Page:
Canadian pediatric lupus severity varies with ethnicity

January 22nd, 2013 in Arthritis & Rheumatism /
Canadian pediatric lupus severity varies with ethnicity
While Canadian children with systemic lupus erythematosus differ in disease characteristics and severity by ethnicity, treatment, disease activity, and irreversible organ damage are similar across ethnic groups, according to a study published in the January issue of Arthritis Care & Research.


While Canadian children with systemic lupus erythematosus differ in disease characteristics and severity by ethnicity, treatment, disease activity, and irreversible organ damage are similar across ethnic groups, according to a study published in the January issue of Arthritis Care & Research.

(HealthDay)—While Canadian children with systemic lupus erythematosus (SLE) differ in disease characteristics and severity by ethnicity, treatment, disease activity, and irreversible organ damage are similar across ethnic groups, according to a study published in the January issue of Arthritis Care & Research.

Deborah M. Levy, M.D., from the Hospital for Sick Children in Toronto, and colleagues analyzed ethnicity, sociodemographics, and disease characteristics in 213 Canadian children with childhood-onset SLE. The ethnic composition was 31 percent white, 30 percent Asian, 15 percent South Asian, 10 percent black, 4 percent Latino/Hispanic, 4 percent Aboriginal, and 3 percent Arab/Middle Eastern.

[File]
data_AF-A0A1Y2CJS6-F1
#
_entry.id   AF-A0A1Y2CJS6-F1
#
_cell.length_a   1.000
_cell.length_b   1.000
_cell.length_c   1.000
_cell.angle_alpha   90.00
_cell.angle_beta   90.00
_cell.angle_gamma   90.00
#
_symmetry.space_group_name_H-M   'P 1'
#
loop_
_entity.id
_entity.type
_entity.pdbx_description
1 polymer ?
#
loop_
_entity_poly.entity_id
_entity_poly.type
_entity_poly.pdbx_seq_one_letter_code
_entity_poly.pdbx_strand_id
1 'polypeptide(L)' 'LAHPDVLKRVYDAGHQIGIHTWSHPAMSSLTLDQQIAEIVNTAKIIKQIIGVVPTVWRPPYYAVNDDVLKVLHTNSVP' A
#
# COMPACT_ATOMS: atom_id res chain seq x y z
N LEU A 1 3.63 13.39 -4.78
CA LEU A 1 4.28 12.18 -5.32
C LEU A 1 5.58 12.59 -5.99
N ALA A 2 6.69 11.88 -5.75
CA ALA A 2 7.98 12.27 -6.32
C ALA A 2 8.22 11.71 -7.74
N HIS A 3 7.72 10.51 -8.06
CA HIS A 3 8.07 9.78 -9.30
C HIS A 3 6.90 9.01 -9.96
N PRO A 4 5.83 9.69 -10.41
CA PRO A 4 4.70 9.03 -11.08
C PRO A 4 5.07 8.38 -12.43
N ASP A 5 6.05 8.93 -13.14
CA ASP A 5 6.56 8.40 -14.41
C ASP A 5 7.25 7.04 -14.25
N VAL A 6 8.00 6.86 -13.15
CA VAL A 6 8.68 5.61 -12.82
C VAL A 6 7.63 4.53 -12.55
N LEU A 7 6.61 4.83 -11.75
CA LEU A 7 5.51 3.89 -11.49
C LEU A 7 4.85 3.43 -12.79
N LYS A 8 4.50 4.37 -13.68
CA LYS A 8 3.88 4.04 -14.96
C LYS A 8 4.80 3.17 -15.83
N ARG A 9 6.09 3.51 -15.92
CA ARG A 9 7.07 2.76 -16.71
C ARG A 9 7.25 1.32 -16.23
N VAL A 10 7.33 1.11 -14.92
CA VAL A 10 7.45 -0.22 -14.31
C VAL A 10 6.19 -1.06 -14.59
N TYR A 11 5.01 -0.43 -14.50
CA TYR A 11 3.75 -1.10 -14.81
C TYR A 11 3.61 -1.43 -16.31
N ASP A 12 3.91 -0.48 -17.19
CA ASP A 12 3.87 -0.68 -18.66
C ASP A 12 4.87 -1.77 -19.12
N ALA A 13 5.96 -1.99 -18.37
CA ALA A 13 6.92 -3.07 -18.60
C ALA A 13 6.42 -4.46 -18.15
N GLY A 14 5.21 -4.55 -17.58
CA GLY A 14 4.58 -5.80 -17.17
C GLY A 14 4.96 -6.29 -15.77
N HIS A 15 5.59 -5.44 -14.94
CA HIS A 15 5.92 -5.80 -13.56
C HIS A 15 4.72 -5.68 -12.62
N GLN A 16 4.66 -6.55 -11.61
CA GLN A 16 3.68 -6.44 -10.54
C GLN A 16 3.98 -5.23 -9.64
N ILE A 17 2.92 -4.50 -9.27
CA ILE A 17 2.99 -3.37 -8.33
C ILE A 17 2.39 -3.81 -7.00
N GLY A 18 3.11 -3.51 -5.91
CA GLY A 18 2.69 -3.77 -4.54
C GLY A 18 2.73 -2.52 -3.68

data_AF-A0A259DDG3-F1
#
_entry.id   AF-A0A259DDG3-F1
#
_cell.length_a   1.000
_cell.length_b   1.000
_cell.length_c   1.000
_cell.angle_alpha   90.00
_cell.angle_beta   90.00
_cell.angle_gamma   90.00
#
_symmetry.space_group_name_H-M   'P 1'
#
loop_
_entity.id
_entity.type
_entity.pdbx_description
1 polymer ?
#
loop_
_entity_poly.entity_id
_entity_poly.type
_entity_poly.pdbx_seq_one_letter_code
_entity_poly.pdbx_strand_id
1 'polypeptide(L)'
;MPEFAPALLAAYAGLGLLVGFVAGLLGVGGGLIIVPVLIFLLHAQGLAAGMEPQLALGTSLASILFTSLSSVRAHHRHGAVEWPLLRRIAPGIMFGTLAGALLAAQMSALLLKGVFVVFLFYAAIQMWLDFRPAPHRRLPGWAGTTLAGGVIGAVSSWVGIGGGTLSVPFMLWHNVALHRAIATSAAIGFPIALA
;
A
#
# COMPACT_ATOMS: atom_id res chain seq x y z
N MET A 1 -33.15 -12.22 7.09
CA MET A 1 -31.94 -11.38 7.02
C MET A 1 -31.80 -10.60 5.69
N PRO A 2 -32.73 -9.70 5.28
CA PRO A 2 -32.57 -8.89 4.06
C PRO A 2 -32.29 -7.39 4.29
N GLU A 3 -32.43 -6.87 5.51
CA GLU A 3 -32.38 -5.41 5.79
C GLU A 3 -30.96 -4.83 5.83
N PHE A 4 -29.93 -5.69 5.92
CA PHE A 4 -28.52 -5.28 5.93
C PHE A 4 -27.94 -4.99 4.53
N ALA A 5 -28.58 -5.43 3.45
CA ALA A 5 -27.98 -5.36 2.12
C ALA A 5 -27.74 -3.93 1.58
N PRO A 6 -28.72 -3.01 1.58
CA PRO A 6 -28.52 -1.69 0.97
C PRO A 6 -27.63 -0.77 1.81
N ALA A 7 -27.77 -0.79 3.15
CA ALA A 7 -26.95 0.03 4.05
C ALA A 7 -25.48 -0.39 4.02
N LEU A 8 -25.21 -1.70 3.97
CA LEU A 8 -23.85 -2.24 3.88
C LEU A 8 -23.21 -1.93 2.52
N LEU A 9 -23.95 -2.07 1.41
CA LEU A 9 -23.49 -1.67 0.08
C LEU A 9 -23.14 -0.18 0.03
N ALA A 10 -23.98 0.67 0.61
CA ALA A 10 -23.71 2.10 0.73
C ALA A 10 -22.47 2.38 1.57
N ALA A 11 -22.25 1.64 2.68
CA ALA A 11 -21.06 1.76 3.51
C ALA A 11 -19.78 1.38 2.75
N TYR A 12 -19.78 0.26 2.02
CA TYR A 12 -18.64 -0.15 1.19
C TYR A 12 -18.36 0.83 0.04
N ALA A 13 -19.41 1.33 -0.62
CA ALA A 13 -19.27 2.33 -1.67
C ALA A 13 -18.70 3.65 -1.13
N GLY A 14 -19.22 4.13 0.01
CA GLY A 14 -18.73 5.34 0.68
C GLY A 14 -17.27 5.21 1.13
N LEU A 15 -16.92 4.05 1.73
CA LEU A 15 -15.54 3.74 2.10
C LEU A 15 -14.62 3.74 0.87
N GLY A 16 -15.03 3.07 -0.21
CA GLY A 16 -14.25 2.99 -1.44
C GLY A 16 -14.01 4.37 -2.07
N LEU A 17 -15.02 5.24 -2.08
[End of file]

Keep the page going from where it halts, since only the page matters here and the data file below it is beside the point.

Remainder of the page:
The researchers found that disease manifestations (malar rash, arthritis, serositis, renal disease), autoantibody profiles, and severity of disease expression differed by ethnicity. Only 20 percent of whites had severe disease, compared with 51 percent of Asian patients and 41 percent of black patients. However, disease activity indices, irreversible organ damage, and treatment (76 percent receiving prednisone, 86 percent receiving antimalarials, and 56 percent requiring additional immunosuppressants) were similar across ethnicities.

"Canadian childhood-onset SLE patients reflect our multiethnic population, with differences in disease manifestations, autoantibody profiles, and severity of disease expression by ethnicity," Levy and colleagues write. "We did not observe differences in the measured outcomes of treatment, disease activity, and irreversible . These findings would suggest that universal access to health care in Canada is an important determinant of positive outcomes in childhood-onset SLE."

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